5 reasons to use social media for your consumer studies

Information has become our lifeblood. Every decision must be data-driven, above all else. In this respect, consumer studies have proven to be a vital element of corporate strategy.
5 reasons to use social media for your consumer studies



The rise of social media has fostered a new form of consumer study. Today, it is possible to survey the population directly by recruiting respondents via channels such as Facebook, LinkedIn, Instagram and Twitter. Social media has become one of the most effective and inexpensive tools for recruiting target respondents and collecting data on their consumption habits.


Nevertheless, many researchers and marketers keep on surveying consumers through traditional methods that are well past their prime. If you are guilty of this, here are five reasons to change your mind and consider adopting social media as a channel for your consumer studies.


1 – Downtime: it’s all a matter of timing

Downtime: it’s all a matter of timingNot having enough time is the number one reason people use to justify not participating in a survey. Who here hasn’t been intercepted in the street when they were in a hurry? Or received a phone call for a survey in the middle of dinnertime? Not to mention the emails that get deleted before they’re even read.


Researchers from UCLA (University of California in Los Angeles) have discovered that our brains are predisposed to preparing us for social interactions during our rest periods, otherwise known as downtime. Whether sitting on a bus or in a waiting room, people are more inclined to visit their social media accounts during their downtime.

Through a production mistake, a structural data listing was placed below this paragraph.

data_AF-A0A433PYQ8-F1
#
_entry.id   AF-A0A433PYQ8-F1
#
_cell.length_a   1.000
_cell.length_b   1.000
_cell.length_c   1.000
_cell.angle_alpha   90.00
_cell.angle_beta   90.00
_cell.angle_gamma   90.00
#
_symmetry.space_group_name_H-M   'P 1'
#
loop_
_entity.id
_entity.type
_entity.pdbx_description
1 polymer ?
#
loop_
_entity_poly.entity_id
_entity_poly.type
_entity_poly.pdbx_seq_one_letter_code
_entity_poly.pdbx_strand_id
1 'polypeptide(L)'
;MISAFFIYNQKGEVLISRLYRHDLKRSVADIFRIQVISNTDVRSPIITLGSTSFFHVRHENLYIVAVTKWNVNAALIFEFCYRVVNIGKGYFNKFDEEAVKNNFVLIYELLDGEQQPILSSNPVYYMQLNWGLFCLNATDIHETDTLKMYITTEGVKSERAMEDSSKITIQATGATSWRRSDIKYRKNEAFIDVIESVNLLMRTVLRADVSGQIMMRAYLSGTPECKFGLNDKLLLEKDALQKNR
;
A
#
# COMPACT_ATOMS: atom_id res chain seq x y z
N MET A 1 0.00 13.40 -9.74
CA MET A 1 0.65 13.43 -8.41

Thus, surveys distributed via social media profit from this downtime because they naturally intercept people at the right time, when they are the most available. This consequently eliminates the intrusive aspect of traditional methods (telephone surveys, intercept surveys, or email).

2 – Number of users: Facebook surpasses landlines

The majority of homes have abandoned traditional landline telephones in favor of cell phones. According to a National Center for Health Statistics study from 2016, 54.9% of American households didn’t have a landline but had at least one cell phone. The decline in landline use is a hard blow for telephone surveys. For instance, the Gallup Poll Social Series (a set of public opinion surveys designed to monitor U.S. adults’ views on numerous social, economic, and political topics) revealed that phone surveys generated a 7% response rate in 2017 compared to a 28% response rate in 1997 in the United States.




In addition to low response rates, phone surveys encounter another inconvenience: their participants over-represent certain clientele profiles. Seniors, stay-at-home moms, and the unemployed tend to be over-represented in telephone surveys. Traditional firms thus compensate for the free fall in response rates in telephone surveys by taking refuge on web panels (with contests, raffles, rewards, etc.). However, this kind of material motivation results in attracting participants known as “compers,” which can distort the veracity of the results.


Equally, in France, we observe stagnation in the number of landlines across the country: 36.9 million in 2017. The amount of Facebook users in France has now caught up to 38 million. Social networks are in the midst of an evolution contrary to that of landlines. With 169.5 million Facebook users in the United States (which represents over half the population) and 381 million in Europe in 2018, social media is officially THE new communication means. Even seniors have adopted this new channel: in 2018, 84% of people over 55 were on Facebook. These numbers indicate the vast proliferation of social media in everyday life, as well as the way phone surveys are losing efficiency.